9. The device of claim 8, wherein the microcapsules are in a display for an electronic book, computer, or camera.
10. A method of forming microcapsules comprising:
forming an oil solution containing charged particles, a dispersion medium and a dye;
adding a surfactant having a hydrophobic portion and a hydrophilic portion to the oil solution;
mixing an aqueous wall-forming solution with the oil solution to form oil droplets in and aqueous solution, the hydrophilic portion being oriented outwardly towards the aqueous solution;
forming film walls of the microcapsule; and
bonding the hydrophilic portion to inner walls of the microcapsule;
wherein the hydrophobic portion is inside of the inner walls of the microcapsule.
11. The electrophoretic device of claim 1, wherein the charged particles have a hydrophilic surface, and a repulsive force is produced between the charged particles having the hydrophilic surface and the inner walls of the microcapsules including the hydrophobic material having the hydrophobic portion.
12. The electrophoretic device of claim 1, wherein the hydrophobic portion suppresses adhesion of the charged particles to the inner walls of the microcapsule.
Description
BACKGROUND OF THE INVENTION

1. Technical Field of the Invention

The present invention relates to an electrophoretic device using an electrophoretic phenomenon, a method of manufacturing the electrophoretic device, an electronic apparatus, a microcapsule, and a method of manufacturing the microcapsule.

2. Discussion

An electrophoretic phenomenon generally uses an electric double layer produced in an interface between a solid (charged particle) and a liquid (dispersion medium), and represents a phenomenon in which a charged particle migrates to an electrode having polarity opposite to the charge possessed by the charged particle by using, as motive power, the force exerted by an electric field.

An electrophoretic display (EPD) using such a phenomenon has a simple structure, a wide viewing angle, a high contrast ratio, a low driving voltage, low power consumption and the ability to hold a display image (referred to as a “memory effect” hereinafter), and attracts attention as a display having various characteristics which cannot be easily realized by a CRT (Cathode Ray Tube) display and a liquid crystal display.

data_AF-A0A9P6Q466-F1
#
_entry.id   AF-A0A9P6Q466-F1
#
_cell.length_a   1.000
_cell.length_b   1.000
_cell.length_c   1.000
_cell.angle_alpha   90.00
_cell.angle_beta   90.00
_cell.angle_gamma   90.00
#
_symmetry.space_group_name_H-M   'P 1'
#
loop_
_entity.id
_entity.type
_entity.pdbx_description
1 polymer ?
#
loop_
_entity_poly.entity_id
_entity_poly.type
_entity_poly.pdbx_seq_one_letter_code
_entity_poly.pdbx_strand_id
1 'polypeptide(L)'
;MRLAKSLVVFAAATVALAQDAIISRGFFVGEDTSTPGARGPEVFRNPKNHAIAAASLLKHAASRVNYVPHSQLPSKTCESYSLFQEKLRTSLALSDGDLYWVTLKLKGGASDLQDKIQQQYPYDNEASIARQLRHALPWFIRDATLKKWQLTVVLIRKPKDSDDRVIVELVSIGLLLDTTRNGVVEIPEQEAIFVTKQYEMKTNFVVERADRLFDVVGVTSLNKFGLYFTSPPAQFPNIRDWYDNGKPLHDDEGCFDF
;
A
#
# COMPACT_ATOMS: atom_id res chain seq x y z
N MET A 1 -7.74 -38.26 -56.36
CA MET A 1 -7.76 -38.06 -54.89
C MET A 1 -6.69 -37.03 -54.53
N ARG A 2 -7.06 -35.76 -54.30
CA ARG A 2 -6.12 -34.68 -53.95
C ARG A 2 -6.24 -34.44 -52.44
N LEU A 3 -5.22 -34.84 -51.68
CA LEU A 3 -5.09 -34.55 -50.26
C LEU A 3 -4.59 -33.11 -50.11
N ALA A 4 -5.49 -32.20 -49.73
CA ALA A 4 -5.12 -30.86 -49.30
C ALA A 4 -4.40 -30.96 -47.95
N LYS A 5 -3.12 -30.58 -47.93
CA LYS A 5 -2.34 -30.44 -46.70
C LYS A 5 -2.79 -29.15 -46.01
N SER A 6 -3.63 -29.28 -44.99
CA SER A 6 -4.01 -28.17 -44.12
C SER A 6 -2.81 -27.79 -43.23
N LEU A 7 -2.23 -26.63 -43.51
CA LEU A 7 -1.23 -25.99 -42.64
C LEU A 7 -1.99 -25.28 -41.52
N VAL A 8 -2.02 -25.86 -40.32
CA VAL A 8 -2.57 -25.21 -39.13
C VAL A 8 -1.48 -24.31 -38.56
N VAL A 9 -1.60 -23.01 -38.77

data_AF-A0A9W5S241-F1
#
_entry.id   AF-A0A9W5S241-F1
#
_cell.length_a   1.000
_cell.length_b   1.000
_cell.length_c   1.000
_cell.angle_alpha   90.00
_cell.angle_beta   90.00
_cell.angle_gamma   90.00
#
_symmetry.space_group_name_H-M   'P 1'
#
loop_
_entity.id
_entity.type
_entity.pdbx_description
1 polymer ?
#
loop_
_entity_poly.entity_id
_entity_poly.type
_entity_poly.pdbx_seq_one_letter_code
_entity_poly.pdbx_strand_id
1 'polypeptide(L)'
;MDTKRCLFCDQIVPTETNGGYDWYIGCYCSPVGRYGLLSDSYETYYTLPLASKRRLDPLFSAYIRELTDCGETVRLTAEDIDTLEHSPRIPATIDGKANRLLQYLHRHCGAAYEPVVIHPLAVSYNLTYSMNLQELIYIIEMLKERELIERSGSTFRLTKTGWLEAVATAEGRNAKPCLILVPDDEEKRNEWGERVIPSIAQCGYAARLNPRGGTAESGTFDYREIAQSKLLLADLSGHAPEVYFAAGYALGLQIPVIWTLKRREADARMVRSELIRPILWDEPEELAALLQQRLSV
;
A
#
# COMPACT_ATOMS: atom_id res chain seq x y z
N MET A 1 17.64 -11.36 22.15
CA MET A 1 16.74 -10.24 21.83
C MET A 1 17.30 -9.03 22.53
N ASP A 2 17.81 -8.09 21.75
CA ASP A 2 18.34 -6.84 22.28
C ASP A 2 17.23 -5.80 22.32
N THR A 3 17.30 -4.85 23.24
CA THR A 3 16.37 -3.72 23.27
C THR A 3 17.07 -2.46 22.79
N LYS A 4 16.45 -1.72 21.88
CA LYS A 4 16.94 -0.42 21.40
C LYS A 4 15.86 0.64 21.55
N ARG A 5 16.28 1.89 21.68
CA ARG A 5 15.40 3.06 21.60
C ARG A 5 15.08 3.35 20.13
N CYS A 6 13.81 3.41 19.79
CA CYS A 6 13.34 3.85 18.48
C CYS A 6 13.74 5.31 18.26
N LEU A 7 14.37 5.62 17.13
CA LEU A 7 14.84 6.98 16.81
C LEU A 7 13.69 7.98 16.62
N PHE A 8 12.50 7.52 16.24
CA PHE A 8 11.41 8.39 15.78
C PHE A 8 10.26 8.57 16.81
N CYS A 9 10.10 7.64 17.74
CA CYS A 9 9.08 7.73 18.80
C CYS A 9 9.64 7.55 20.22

The electrophoretic display comprises a pair of substrates, and an electrophoretic dispersion liquid which is sealed between the substrates with partitions provided therebetween, and which comprises charged particles basically positively or negatively charged, and a liquid dispersion medium having an insulating property, an electrode being formed on the inner side of each of the substrates. In this display, when a voltage is applied between the substrates, the charged particles migrate to the electrode having polarity opposite to the charge possessed by the charged particles. In this case, the charged particles and the dispersion medium are colored in different colors to permit a display on one of the substrate sides.

Namely, when the charged particles move to one of the substrates, which serves as a display surface, the color possessed by the charged particles is recognized, while when the charged particles move to the other substrate, the color of the dispersion medium is recognized.

In the electrophoretic display, charge is held by the electrodes when a circuit is opened immediately after a voltage is applied, and thus the charged particles can be adsorbed by the Coulomb's force of the charge held by the electrodes. Namely, a certain still image can continuously be displayed with no voltage applied.

However, the long-term use of the electrophoretic display having the above construction causes a problem in which adhesion of the charged particles to the electrodes proceeds to deteriorate display response and contrast.

In order to solve this problem, Japanese Unexamined Patent Application Publication No. 59-1719431 discloses means for forming a polyimide thin film having a thickness of 5 nm or less on the surface of an electrode. Also, Japanese Unexamined Patent Application Publication No. 01-248182 discloses means for forming a fluorocarbon resin thin film on the surface of an electrode.